Welcome to our Joyful "Whole"-istic Learning Blog Hop Series. This week we'll be writing all about how we make learning "whole"-istic and joyful in our home.
Monday...What is Joyful "Whole"-istic Learning?
Tuesday...How to plan for Joyful "Whole"-istic Learning
Wednesday...Suggestions from our series of Joyful "Whole"-istic Learning posts.
Thursday...An example of a recent Joyful "Whole"-istic Learning moment from our Joyful Moment Link.
Friday...Wrap-up: How do you keep records of what you have learned?
Never heard of Joyful "Whole"-stic Learning? Well that may be because I made the term up.
After several years teaching public school and then working as a professor, I found so many times our education system took the child and put him in an unnatural environment (the classroom). This child was then brought information segmented into given disciplines (so that I have heard teachers say, "I teach science not language arts," when asked why the child was not expected to write with any sense of grammar or punctuation. Or a child say, "This is math why do I have to write out how I got my answer.") The dissemination of this information seldom held meaning outside of said unnatural environment and couldn't be practically used in the real world. Commonly the simplest learning moment (watching a bird building a nest out of the window) was shattered, requiring instead a demand for the child to use a worksheet to first color, cut, and then place in order the process of a bird building a nest.
Never have I found a system for anything like that which is currently in place for educating children in the public schools. There are exceptions to this rule, but by and large I have found that teachers that seek out the meaningful whole are just that, an exception to the rule.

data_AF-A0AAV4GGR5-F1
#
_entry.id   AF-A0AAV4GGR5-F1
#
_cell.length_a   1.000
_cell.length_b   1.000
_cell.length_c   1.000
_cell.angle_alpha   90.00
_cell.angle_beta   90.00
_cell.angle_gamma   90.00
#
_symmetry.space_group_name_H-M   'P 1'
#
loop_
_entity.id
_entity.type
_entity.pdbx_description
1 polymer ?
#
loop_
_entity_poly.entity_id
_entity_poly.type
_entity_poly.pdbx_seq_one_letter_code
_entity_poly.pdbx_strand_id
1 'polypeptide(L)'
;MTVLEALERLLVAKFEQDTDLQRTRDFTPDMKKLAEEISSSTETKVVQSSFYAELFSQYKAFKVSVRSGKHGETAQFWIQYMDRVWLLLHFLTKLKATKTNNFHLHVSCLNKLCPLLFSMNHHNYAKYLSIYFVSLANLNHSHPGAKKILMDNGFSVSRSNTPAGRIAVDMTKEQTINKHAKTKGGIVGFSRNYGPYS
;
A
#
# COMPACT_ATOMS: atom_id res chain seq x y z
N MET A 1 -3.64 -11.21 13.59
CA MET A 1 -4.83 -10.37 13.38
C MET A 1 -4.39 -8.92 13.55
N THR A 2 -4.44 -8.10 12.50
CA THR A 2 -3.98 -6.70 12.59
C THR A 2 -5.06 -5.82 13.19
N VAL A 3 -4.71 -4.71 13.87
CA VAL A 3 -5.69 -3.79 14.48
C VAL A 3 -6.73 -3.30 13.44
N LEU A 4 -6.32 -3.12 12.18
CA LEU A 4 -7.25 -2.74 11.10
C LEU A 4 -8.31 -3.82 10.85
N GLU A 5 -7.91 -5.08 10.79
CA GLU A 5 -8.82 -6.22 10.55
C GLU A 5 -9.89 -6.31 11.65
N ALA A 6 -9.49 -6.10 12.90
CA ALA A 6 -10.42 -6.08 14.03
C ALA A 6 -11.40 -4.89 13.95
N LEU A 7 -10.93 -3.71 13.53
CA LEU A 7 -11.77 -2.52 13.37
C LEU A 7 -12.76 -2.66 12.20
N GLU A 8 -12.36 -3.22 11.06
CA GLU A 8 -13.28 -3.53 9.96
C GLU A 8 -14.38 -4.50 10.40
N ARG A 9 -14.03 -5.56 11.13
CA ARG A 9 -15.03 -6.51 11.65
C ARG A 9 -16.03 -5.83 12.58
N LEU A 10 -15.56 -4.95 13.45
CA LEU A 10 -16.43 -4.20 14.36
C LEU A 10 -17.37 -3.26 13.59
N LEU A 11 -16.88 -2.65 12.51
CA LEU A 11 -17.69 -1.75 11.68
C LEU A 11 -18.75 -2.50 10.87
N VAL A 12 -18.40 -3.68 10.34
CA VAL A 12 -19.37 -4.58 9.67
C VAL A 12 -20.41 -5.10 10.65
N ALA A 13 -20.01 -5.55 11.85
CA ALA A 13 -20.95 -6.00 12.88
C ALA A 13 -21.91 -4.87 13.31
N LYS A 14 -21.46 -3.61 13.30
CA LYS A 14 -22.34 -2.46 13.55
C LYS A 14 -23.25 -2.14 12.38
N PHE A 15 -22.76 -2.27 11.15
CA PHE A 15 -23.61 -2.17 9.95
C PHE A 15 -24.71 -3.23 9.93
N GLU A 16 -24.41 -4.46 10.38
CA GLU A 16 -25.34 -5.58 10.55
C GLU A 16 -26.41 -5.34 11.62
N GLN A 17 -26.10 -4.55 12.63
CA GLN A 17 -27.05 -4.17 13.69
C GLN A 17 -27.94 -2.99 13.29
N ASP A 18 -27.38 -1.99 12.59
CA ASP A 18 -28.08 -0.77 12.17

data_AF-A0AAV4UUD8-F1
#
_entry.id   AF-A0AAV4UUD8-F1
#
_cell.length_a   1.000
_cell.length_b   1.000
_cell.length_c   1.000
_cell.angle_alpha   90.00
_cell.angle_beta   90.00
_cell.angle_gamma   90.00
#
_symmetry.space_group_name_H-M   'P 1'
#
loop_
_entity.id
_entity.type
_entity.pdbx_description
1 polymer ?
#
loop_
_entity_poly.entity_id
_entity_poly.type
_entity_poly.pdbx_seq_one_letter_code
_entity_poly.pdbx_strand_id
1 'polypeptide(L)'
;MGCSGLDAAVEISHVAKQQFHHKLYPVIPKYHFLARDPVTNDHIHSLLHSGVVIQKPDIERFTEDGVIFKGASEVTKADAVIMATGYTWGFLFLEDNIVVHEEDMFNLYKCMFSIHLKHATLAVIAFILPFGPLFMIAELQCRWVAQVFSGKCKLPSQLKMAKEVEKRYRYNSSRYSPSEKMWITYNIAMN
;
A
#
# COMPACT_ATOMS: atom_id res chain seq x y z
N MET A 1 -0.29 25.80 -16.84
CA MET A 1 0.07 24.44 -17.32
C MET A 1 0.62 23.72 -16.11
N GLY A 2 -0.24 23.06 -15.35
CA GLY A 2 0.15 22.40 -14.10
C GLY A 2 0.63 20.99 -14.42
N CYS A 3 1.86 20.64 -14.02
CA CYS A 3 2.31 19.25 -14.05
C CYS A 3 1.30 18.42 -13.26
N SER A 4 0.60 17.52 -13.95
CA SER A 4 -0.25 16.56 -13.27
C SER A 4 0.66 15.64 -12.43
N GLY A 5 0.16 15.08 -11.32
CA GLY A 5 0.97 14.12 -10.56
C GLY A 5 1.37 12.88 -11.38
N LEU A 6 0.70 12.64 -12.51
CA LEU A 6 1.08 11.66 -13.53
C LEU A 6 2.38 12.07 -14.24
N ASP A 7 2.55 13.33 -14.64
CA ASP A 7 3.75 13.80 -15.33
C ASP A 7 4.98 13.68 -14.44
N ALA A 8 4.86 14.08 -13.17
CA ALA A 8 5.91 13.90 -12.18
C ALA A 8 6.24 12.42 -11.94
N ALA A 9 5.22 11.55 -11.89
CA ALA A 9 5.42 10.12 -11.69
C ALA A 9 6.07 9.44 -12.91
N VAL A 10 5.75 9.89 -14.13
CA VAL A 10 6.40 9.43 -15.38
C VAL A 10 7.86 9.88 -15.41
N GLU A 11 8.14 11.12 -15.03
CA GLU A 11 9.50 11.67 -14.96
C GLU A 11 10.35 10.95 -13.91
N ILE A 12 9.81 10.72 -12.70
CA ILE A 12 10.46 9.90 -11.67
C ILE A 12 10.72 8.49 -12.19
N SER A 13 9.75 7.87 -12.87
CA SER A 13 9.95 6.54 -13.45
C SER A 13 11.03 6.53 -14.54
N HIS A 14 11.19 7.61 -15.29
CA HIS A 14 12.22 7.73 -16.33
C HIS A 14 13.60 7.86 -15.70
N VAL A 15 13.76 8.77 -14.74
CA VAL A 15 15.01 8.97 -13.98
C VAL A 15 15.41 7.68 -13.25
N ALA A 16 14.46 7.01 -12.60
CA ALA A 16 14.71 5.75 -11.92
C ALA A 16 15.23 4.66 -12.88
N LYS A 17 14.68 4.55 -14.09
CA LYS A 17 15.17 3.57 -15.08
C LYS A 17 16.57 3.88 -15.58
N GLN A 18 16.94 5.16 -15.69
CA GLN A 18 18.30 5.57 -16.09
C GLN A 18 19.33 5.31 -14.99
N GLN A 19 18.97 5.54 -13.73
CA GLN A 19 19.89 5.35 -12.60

So this brings us to the "whole" part of Joyful "Whole"-istic Learning. The "whole" stands for our concern for our child to learn about something in the its place, in its proper season, in the real world with the idea that we are not the ones handing out knowledge, but encouraging the child to seek knowledge for the joy of seeking knowledge.
And so for the joy part of Joyful "Whole"-istic Learning. The natural joy children have for learning can so easily be squashed. Schooling can be a chore that no one enjoys and find that it is even dreaded. Growing up as a child in public school and then attending many years at university, my joy was squashed many times over. For most of my education, I hated being there and did not know that learning could be joyful.
And finally for the Learning part of Joyful "Whole"-istic Learning. The desire to learn is natural to each and every one of us. Think to a baby, so ready to take that first bound across the carpet. My children would do something we called revving up. The babe would be on all fours and lean forward, then back, then forward and back, over and over again until finally off they went.
The desire to do and figure out how to do it is so natural that it is not taught. But something happens to so many. They lose that natural curiosity. They lose interest in formulating their own questions, in creating their own experiments, in finding their own way, in taking risks and being applauded for the risk right or wrong in the results. This is the act of learning...wanting to seek out knowledge for the mere desire to know.
Now if you are wanting a definition for the dictionary it might look something like this...
Joyful "Whole"-istic Learning-willingly and eagerly formulating questions, creating experiments, and taking risks to acquire knowledge from the source without limitations placed on how, when or where.
Interested? Join us tomorrow for: How to plan for Joyful "Whole"-istic Learning.
See all of the other great blogs participating with their own series posts here:
Wishing you homeschool blessings,